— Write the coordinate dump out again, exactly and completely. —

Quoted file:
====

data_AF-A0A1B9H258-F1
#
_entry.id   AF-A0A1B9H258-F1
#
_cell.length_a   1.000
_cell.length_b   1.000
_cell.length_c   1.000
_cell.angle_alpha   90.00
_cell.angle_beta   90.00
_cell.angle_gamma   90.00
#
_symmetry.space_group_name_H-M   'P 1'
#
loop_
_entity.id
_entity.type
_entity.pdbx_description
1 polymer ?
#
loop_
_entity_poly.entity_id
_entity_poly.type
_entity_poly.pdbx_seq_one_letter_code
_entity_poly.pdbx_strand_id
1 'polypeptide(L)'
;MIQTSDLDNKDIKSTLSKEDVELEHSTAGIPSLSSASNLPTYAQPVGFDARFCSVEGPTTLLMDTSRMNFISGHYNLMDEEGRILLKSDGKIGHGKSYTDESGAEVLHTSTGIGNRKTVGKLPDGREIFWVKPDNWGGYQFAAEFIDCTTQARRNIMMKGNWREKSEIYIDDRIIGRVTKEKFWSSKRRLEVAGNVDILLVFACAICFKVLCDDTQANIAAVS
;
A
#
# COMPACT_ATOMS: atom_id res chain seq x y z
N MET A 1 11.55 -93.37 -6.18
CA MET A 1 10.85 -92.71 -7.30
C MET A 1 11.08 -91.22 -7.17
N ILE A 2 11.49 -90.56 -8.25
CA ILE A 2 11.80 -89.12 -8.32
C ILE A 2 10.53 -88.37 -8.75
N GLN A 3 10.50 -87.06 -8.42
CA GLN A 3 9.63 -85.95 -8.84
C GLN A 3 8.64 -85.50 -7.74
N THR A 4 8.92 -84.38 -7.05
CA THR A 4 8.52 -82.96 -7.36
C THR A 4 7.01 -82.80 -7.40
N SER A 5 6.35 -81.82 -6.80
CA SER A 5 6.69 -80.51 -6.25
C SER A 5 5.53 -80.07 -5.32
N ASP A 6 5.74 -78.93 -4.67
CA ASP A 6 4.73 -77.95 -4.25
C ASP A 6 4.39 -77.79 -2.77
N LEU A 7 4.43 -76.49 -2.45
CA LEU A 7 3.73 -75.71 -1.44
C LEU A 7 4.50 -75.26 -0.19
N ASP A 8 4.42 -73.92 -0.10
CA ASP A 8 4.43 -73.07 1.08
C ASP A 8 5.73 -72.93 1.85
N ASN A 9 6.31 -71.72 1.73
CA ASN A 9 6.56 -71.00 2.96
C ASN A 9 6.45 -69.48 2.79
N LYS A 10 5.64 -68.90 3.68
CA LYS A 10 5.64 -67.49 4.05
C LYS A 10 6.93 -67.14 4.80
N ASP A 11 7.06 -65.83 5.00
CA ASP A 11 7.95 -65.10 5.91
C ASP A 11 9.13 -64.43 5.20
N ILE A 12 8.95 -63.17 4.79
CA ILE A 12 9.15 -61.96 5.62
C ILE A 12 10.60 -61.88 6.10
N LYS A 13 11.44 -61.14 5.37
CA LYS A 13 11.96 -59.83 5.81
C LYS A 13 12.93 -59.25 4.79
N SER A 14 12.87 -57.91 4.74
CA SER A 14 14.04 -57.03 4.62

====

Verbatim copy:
data_AF-A0A1B9H258-F1
#
_entry.id   AF-A0A1B9H258-F1
#
_cell.length_a   1.000
_cell.length_b   1.000
_cell.length_c   1.000
_cell.angle_alpha   90.00
_cell.angle_beta   90.00
_cell.angle_gamma   90.00
#
_symmetry.space_group_name_H-M   'P 1'
#
loop_
_entity.id
_entity.type
_entity.pdbx_description
1 polymer ?
#
loop_
_entity_poly.entity_id
_entity_poly.type
_entity_poly.pdbx_seq_one_letter_code
_entity_poly.pdbx_strand_id
1 'polypeptide(L)'
;MIQTSDLDNKDIKSTLSKEDVELEHSTAGIPSLSSASNLPTYAQPVGFDARFCSVEGPTTLLMDTSRMNFISGHYNLMDEEGRILLKSDGKIGHGKSYTDESGAEVLHTSTGIGNRKTVGKLPDGREIFWVKPDNWGGYQFAAEFIDCTTQARRNIMMKGNWREKSEIYIDDRIIGRVTKEKFWSSKRRLEVAGNVDILLVFACAICFKVLCDDTQANIAAVS
;
A
#
# COMPACT_ATOMS: atom_id res chain seq x y z
N MET A 1 11.55 -93.37 -6.18
CA MET A 1 10.85 -92.71 -7.30
C MET A 1 11.08 -91.22 -7.17
N ILE A 2 11.49 -90.56 -8.25
CA ILE A 2 11.80 -89.12 -8.32
C ILE A 2 10.53 -88.37 -8.75
N GLN A 3 10.50 -87.06 -8.42
CA GLN A 3 9.63 -85.95 -8.84
C GLN A 3 8.64 -85.50 -7.74
N THR A 4 8.92 -84.38 -7.05
CA THR A 4 8.52 -82.96 -7.36
C THR A 4 7.01 -82.80 -7.40
N SER A 5 6.35 -81.82 -6.80
CA SER A 5 6.69 -80.51 -6.25
C SER A 5 5.53 -80.07 -5.32
N ASP A 6 5.74 -78.93 -4.67
CA ASP A 6 4.73 -77.95 -4.25
C ASP A 6 4.39 -77.79 -2.77
N LEU A 7 4.43 -76.49 -2.45
CA LEU A 7 3.73 -75.71 -1.44
C LEU A 7 4.50 -75.26 -0.19
N ASP A 8 4.42 -73.92 -0.10
CA ASP A 8 4.43 -73.07 1.08
C ASP A 8 5.73 -72.93 1.85
N ASN A 9 6.31 -71.72 1.73
CA ASN A 9 6.56 -71.00 2.96
C ASN A 9 6.45 -69.48 2.79
N LYS A 10 5.64 -68.90 3.68
CA LYS A 10 5.64 -67.49 4.05
C LYS A 10 6.93 -67.14 4.80
N ASP A 11 7.06 -65.83 5.00
CA ASP A 11 7.95 -65.10 5.91
C ASP A 11 9.13 -64.43 5.20
N ILE A 12 8.95 -63.17 4.79
CA ILE A 12 9.15 -61.96 5.62
C ILE A 12 10.60 -61.88 6.10
N LYS A 13 11.44 -61.14 5.37
CA LYS A 13 11.96 -59.83 5.81
C LYS A 13 12.93 -59.25 4.79
N SER A 14 12.87 -57.91 4.74
CA SER A 14 14.04 -57.03 4.62